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Tuesday, January 8, 2019

Endovascular Denervation: a new approach for cancer pain relief 


Debilitating pain is a common issue that affects cancer patients, and while medical treatment may improve the symptoms, there are significant side efectssuch as nausea, addiction, constipation etc. Celiac pleuxus neurolysis (CPN) has been performed by percutaneously injecting ethanol or phenol around the celiac plexus, however complications such as nerve damage, pneumothorax, hematoma, etc. More recently Endoscopy has been used to guide celiac plexus neurolysis and while it has been effective there have been major side effects such as bleeding, abscess, bowel perforation etc.

The authors sought out toe evaluate the feasibility of patients Endovascular denervation (EDN) to treat pain caused by pancreatic cancer, cervical cancer, cholangiocarcinoma and esophageal cancer. The authors included patients with abdominal cancer that had a VAS >6, ages 25-75 and had a greater than 1 month survival expectation. The primary end point was pain relief as measured with VAS, secondary end points included, QOL assesment, narcotic intake and safety. During the procedure the patient has a surface electrode placd on the back, an aortogram is performed and through an 8 French sheath a 6 electrode catheter is placed proximal to the celiac artery and close to the SMA. The procedure was done under moderate anesthesia, and the denervation was performed for 120 seconds and 60 degrees. Six different points of ablation were treated in that region.

The seven patients included had a VAS score greater than 7 and experienced pain relief at 1, 2 , 4, 8 and 12 weeks. The average VAS score was reduced by greater than 3 points in all patients. The average QOL score increased by 25, with improvement in sleep and more enjoyment in activities. Narcotic use also decreased after EDN, and no major complications were observed.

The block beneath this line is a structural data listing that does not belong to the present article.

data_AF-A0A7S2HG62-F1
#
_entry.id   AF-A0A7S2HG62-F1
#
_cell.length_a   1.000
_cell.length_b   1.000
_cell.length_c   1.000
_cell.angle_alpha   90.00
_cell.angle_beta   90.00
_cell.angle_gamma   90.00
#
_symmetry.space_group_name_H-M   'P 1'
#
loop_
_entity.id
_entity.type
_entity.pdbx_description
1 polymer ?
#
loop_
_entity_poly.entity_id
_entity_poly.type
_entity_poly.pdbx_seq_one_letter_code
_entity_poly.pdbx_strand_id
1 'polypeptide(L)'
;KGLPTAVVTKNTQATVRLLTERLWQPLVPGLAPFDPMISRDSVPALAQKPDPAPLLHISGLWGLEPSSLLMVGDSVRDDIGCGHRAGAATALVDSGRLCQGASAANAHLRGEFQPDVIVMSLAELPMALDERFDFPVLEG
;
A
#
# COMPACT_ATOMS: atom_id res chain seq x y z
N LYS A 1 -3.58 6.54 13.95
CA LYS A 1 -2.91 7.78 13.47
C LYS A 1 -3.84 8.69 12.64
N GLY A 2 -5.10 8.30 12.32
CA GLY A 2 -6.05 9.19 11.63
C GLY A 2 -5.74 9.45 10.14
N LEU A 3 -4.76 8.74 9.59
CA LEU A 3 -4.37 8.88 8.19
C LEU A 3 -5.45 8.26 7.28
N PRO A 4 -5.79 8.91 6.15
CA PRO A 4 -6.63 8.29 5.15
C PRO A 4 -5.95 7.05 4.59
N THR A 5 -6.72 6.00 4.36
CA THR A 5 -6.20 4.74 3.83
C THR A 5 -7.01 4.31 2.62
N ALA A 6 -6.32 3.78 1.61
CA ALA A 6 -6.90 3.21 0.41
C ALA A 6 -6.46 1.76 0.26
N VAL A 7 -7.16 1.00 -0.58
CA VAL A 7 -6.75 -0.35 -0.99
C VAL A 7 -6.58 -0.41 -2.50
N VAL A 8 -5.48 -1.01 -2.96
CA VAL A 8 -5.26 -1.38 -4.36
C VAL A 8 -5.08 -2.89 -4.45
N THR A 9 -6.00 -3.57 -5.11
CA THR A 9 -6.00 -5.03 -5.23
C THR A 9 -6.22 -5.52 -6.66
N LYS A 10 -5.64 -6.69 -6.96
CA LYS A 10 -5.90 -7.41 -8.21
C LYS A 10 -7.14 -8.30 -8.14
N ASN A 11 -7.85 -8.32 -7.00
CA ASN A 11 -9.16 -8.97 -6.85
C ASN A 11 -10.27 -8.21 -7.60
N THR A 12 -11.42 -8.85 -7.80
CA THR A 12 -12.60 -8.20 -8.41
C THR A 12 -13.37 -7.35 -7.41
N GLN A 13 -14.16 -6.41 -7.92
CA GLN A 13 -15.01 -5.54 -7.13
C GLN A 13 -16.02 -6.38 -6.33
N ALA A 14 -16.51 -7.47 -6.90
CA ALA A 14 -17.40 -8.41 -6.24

The authors hypothesize that the radiofrequency energy delivered through the aorta may cause celiac plexus block and improve abdominal pain. The authors mention that the results are similar to CT or EUS guided CPL and quote pain relief in 10-24% when used alone and 80-90% when used in combination with other options. In the group presented by the authors pain relief lead to significant increase in QOL scores, with decreased narcotic use and improved sleep, with no major complications.

The study is limited by the small sample size, the lack of a control group and the difficulty in quantifying a subjective measure like pain.

Figure- Anortogram showing the origin of the celiac and SMA(a), followed by deployment of the electrode near the celiac (b) and the SMA (c)


The authors show that endovascular CPN might be an alternative to CT CPL and potentially technically easier and with less complications. Technically the procedure seems straight forward and the results promising. Patients had a decrease in pain scores, improved QOL scores and decreased narcotic intake. The discussion mentions similar outcomes when compared to CT and EUS CPN, however the data presented for the other studies (pain relief efficacy) is not similar to what the authors presented, similar to the pain relief duration. The study could benefit from a longer follow up, and to compare it to a group of patients that were treated either with CT or EUS CPN.

Click here for abstract

Zhang Q, Guo JH, Zhu HD, Zhong YM, Pan T, Yin HQ, Dong YH, Teng GJ. Endovascular Denervation: A New Approach for Cancer Pain Relief? J Vasc Interv Radiol. 2018 Nov 7. pii: S1051-0443(18)31415-5. doi: 10.1016/j.jvir.2018.08.008. [Epub ahead of print] PubMed PMID: 30414719.

Post Author
Carlos J. Guevara, MD
Assistant Professor
Department of Radiology, Interventional Radiology Division
University of Texas Health Sciences, Houston

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